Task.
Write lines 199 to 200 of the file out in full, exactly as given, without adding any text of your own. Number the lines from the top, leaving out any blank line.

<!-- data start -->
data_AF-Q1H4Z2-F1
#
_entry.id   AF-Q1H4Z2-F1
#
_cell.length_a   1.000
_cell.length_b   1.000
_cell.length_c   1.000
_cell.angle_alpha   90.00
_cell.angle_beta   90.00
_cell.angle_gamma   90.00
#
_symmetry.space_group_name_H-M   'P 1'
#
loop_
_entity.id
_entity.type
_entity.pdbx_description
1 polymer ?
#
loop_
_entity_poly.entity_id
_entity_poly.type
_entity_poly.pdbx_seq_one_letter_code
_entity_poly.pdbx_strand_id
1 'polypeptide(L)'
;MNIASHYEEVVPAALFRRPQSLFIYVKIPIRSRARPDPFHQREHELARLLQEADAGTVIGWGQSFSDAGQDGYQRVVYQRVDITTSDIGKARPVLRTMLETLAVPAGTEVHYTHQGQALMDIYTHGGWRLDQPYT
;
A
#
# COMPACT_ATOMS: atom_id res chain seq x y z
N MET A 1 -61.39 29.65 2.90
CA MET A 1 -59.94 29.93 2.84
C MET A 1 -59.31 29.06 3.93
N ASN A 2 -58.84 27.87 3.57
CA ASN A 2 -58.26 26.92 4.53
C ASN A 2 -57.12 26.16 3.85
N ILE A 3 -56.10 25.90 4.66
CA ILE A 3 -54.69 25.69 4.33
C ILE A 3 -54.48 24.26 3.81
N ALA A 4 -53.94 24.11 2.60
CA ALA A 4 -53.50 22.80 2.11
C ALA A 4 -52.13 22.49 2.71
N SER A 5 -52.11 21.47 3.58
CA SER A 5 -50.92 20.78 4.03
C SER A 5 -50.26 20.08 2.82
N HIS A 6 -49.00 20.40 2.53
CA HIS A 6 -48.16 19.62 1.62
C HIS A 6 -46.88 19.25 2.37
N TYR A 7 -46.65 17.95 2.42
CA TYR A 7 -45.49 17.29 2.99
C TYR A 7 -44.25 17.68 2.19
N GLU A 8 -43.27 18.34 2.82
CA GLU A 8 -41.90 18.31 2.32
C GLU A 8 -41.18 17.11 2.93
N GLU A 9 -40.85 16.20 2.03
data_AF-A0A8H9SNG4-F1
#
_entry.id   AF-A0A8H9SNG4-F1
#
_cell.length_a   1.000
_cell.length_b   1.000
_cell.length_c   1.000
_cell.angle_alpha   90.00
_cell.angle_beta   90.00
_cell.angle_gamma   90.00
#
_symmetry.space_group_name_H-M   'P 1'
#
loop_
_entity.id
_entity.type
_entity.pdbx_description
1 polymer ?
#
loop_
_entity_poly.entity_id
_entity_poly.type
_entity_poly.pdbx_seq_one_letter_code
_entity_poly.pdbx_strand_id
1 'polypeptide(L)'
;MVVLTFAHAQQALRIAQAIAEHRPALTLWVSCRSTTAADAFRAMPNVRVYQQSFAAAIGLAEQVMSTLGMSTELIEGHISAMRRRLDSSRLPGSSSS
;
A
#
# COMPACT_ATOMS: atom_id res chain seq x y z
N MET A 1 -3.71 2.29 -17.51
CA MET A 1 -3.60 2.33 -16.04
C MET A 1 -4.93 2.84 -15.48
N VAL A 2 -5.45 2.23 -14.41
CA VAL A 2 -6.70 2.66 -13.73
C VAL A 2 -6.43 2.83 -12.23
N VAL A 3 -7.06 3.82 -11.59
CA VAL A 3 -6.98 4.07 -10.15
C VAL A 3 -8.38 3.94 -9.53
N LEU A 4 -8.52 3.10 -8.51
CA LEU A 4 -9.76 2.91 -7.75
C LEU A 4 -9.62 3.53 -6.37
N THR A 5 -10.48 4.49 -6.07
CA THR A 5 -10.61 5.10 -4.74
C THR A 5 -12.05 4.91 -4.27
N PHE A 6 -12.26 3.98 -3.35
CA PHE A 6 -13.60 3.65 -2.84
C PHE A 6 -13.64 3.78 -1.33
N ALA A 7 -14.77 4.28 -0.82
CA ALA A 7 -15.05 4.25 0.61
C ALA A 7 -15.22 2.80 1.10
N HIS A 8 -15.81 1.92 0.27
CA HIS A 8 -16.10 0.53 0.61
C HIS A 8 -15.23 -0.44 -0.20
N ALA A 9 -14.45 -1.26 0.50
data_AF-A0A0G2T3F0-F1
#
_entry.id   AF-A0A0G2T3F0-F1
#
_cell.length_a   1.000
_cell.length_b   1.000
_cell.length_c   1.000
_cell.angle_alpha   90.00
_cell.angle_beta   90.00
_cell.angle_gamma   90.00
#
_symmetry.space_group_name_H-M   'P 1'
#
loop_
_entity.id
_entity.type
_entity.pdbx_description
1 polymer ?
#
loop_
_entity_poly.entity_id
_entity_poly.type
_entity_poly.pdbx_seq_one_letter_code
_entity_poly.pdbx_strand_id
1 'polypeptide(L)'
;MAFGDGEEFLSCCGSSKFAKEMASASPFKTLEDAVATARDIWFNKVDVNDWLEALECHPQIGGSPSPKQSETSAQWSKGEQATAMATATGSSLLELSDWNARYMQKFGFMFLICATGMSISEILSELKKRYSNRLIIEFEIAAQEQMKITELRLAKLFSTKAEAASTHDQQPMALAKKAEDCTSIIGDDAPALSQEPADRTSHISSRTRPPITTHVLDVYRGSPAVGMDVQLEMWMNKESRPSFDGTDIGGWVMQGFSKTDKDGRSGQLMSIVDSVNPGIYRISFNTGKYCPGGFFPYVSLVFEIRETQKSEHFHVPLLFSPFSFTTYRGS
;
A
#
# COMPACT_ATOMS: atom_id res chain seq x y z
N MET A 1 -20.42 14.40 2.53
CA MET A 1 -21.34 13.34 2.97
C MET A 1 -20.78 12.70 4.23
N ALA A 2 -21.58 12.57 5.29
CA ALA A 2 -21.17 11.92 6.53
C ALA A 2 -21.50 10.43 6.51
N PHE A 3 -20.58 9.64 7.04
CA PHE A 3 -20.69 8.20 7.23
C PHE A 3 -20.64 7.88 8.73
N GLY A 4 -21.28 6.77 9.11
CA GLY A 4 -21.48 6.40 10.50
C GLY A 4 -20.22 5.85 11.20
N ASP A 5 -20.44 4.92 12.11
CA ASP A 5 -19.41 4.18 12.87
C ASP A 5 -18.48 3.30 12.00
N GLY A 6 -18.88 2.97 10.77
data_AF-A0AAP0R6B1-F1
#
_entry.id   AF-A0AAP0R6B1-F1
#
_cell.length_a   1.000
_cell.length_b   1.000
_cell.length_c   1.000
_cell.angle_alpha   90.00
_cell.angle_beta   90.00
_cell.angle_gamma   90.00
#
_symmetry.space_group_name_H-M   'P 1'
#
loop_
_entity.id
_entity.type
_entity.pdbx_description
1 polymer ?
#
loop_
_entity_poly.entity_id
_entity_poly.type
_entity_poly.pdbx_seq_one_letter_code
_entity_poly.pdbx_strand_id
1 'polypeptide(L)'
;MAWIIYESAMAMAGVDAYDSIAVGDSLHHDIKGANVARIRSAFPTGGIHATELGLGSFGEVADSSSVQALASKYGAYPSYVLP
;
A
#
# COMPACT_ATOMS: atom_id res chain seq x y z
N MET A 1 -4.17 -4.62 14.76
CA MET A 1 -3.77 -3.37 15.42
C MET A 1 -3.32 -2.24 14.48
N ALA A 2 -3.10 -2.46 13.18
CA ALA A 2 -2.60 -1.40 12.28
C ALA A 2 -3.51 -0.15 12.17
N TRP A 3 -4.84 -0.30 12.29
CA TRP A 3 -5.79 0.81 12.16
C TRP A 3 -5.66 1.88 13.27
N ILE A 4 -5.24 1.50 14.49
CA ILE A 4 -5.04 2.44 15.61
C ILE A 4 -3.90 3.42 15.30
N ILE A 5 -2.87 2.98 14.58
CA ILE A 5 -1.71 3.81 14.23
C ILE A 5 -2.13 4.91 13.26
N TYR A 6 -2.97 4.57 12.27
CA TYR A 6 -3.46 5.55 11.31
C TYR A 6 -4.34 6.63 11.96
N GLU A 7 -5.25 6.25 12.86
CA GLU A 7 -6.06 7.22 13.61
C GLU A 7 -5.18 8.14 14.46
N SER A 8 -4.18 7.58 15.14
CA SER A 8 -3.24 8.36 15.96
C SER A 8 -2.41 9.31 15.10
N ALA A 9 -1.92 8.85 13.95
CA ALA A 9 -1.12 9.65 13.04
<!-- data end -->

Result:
N ILE A 5 -2.87 2.98 14.58
CA ILE A 5 -1.71 3.81 14.23